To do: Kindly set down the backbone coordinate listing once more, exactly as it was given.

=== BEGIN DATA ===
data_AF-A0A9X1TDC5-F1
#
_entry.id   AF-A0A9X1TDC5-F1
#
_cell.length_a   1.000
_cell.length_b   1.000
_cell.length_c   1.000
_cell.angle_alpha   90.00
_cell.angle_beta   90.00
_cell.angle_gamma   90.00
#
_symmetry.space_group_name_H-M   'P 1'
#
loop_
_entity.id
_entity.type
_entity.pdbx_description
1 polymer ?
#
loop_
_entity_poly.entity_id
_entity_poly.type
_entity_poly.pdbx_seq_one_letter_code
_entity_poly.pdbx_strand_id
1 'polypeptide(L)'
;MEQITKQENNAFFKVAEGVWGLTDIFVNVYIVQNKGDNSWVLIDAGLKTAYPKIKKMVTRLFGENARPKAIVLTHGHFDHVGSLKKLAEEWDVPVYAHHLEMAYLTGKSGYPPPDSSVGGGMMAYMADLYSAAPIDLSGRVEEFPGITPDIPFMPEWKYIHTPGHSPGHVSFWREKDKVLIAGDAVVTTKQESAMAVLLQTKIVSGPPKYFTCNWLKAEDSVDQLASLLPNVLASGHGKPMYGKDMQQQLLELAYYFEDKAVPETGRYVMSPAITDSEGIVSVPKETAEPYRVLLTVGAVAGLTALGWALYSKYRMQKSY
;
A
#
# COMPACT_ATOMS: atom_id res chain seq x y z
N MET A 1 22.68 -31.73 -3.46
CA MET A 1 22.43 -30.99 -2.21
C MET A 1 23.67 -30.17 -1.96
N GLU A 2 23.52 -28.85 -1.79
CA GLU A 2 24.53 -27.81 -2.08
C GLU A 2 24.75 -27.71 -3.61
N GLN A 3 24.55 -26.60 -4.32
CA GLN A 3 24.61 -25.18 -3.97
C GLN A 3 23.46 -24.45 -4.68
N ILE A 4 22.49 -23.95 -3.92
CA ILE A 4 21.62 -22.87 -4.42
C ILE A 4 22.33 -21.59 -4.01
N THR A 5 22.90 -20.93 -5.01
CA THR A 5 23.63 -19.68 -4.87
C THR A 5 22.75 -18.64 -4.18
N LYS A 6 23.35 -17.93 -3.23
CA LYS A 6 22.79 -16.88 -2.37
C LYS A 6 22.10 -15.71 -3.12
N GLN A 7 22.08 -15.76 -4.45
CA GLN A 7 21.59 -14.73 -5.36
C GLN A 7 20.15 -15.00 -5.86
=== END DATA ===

data_AF-A0A9X1TDC5-F1
#
_entry.id   AF-A0A9X1TDC5-F1
#
_cell.length_a   1.000
_cell.length_b   1.000
_cell.length_c   1.000
_cell.angle_alpha   90.00
_cell.angle_beta   90.00
_cell.angle_gamma   90.00
#
_symmetry.space_group_name_H-M   'P 1'
#
loop_
_entity.id
_entity.type
_entity.pdbx_description
1 polymer ?
#
loop_
_entity_poly.entity_id
_entity_poly.type
_entity_poly.pdbx_seq_one_letter_code
_entity_poly.pdbx_strand_id
1 'polypeptide(L)'
;MEQITKQENNAFFKVAEGVWGLTDIFVNVYIVQNKGDNSWVLIDAGLKTAYPKIKKMVTRLFGENARPKAIVLTHGHFDHVGSLKKLAEEWDVPVYAHHLEMAYLTGKSGYPPPDSSVGGGMMAYMADLYSAAPIDLSGRVEEFPGITPDIPFMPEWKYIHTPGHSPGHVSFWREKDKVLIAGDAVVTTKQESAMAVLLQTKIVSGPPKYFTCNWLKAEDSVDQLASLLPNVLASGHGKPMYGKDMQQQLLELAYYFEDKAVPETGRYVMSPAITDSEGIVSVPKETAEPYRVLLTVGAVAGLTALGWALYSKYRMQKSY
;
A
#
# COMPACT_ATOMS: atom_id res chain seq x y z
N MET A 1 22.68 -31.73 -3.46
CA MET A 1 22.43 -30.99 -2.21
C MET A 1 23.67 -30.17 -1.96
N GLU A 2 23.52 -28.85 -1.79
CA GLU A 2 24.53 -27.81 -2.08
C GLU A 2 24.75 -27.71 -3.61
N GLN A 3 24.55 -26.60 -4.32
CA GLN A 3 24.61 -25.18 -3.97
C GLN A 3 23.46 -24.45 -4.68
N ILE A 4 22.49 -23.95 -3.92
CA ILE A 4 21.62 -22.87 -4.42
C ILE A 4 22.33 -21.59 -4.01
N THR A 5 22.90 -20.93 -5.01
CA THR A 5 23.63 -19.68 -4.87
C THR A 5 22.75 -18.64 -4.18
N LYS A 6 23.35 -17.93 -3.23
CA LYS A 6 22.79 -16.88 -2.37
C LYS A 6 22.10 -15.71 -3.12
N GLN A 7 22.08 -15.76 -4.45
CA GLN A 7 21.59 -14.73 -5.36
C GLN A 7 20.15 -15.00 -5.86